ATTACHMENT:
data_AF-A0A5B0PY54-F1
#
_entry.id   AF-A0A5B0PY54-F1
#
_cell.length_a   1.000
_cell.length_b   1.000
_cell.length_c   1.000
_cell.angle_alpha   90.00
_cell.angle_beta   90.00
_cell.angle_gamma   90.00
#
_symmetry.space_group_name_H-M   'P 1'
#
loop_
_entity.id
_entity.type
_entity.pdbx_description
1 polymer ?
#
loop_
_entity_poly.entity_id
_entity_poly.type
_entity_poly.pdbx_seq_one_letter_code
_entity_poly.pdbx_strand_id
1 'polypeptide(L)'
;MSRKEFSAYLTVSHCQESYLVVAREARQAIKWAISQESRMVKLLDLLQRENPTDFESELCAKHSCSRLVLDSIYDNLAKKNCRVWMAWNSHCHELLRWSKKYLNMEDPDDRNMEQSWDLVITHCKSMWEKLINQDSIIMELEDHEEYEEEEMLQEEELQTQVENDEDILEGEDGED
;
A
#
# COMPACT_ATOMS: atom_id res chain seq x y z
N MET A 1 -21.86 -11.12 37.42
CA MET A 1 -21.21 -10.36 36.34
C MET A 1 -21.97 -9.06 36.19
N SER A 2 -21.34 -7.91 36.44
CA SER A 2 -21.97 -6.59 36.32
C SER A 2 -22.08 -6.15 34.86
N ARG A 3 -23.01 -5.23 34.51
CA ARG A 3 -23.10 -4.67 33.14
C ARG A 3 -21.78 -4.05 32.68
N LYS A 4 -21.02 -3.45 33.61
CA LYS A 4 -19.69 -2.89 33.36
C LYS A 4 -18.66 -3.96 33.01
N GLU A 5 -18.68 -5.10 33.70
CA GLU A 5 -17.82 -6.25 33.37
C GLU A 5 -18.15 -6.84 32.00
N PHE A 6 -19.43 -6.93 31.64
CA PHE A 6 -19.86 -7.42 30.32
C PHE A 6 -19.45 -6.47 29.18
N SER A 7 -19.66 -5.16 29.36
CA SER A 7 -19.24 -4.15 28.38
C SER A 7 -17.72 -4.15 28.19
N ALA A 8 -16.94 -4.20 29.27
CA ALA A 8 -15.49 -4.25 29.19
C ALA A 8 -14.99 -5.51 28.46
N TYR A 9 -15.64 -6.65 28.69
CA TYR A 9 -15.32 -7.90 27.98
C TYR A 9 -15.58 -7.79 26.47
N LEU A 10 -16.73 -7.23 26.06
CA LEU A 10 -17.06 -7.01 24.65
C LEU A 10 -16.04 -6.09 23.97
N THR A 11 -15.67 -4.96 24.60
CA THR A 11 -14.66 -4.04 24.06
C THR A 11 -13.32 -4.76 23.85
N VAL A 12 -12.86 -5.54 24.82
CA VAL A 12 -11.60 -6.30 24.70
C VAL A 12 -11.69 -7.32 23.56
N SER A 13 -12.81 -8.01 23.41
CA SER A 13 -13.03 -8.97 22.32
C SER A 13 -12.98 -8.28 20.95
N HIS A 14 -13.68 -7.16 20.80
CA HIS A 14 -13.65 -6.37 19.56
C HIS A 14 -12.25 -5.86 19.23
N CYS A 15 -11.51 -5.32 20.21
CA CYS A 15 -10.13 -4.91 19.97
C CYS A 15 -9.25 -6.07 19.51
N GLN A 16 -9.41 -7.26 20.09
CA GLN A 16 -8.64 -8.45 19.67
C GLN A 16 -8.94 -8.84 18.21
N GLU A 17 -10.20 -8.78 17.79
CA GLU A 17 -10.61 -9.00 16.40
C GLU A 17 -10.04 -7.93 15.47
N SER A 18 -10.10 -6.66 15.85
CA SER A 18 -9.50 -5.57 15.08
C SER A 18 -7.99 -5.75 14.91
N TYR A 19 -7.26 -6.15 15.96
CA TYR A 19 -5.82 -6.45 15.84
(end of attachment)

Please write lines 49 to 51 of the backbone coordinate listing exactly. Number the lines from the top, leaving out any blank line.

N SER A 7 -19.66 -5.16 29.36
CA SER A 7 -19.24 -4.15 28.38
C SER A 7 -17.72 -4.15 28.19